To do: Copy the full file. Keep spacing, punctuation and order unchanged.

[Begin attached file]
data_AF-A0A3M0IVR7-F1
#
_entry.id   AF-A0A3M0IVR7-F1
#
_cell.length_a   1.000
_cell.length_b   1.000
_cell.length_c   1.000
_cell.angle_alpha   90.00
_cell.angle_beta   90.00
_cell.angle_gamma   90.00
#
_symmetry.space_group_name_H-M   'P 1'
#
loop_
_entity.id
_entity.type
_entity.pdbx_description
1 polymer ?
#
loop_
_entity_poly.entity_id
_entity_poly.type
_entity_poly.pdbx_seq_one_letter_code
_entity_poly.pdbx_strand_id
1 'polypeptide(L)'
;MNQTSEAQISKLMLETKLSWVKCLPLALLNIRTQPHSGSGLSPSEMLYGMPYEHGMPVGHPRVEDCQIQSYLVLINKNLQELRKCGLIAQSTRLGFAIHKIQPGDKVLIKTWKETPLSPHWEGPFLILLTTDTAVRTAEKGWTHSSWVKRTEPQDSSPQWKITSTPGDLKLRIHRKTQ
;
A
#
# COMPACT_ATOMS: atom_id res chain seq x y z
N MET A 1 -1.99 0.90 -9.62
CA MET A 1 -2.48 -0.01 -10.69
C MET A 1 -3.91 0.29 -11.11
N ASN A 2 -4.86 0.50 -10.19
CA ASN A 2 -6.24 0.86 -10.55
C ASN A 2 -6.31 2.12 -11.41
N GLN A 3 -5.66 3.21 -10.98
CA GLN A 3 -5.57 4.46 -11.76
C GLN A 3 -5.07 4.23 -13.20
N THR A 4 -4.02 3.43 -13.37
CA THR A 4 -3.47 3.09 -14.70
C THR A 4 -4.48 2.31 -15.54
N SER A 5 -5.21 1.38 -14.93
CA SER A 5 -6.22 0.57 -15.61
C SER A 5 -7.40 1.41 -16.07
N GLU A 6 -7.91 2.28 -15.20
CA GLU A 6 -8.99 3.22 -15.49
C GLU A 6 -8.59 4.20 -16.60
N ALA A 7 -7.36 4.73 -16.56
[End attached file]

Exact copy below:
data_AF-A0A3M0IVR7-F1
#
_entry.id   AF-A0A3M0IVR7-F1
#
_cell.length_a   1.000
_cell.length_b   1.000
_cell.length_c   1.000
_cell.angle_alpha   90.00
_cell.angle_beta   90.00
_cell.angle_gamma   90.00
#
_symmetry.space_group_name_H-M   'P 1'
#
loop_
_entity.id
_entity.type
_entity.pdbx_description
1 polymer ?
#
loop_
_entity_poly.entity_id
_entity_poly.type
_entity_poly.pdbx_seq_one_letter_code
_entity_poly.pdbx_strand_id
1 'polypeptide(L)'
;MNQTSEAQISKLMLETKLSWVKCLPLALLNIRTQPHSGSGLSPSEMLYGMPYEHGMPVGHPRVEDCQIQSYLVLINKNLQELRKCGLIAQSTRLGFAIHKIQPGDKVLIKTWKETPLSPHWEGPFLILLTTDTAVRTAEKGWTHSSWVKRTEPQDSSPQWKITSTPGDLKLRIHRKTQ
;
A
#
# COMPACT_ATOMS: atom_id res chain seq x y z
N MET A 1 -1.99 0.90 -9.62
CA MET A 1 -2.48 -0.01 -10.69
C MET A 1 -3.91 0.29 -11.11
N ASN A 2 -4.86 0.50 -10.19
CA ASN A 2 -6.24 0.86 -10.55
C ASN A 2 -6.31 2.12 -11.41
N GLN A 3 -5.66 3.21 -10.98
CA GLN A 3 -5.57 4.46 -11.76
C GLN A 3 -5.07 4.23 -13.20
N THR A 4 -4.02 3.43 -13.37
CA THR A 4 -3.47 3.09 -14.70
C THR A 4 -4.48 2.31 -15.54
N SER A 5 -5.21 1.38 -14.93
CA SER A 5 -6.22 0.57 -15.61
C SER A 5 -7.40 1.41 -16.07
N GLU A 6 -7.91 2.28 -15.20
CA GLU A 6 -8.99 3.22 -15.49
C GLU A 6 -8.59 4.20 -16.60
N ALA A 7 -7.36 4.73 -16.56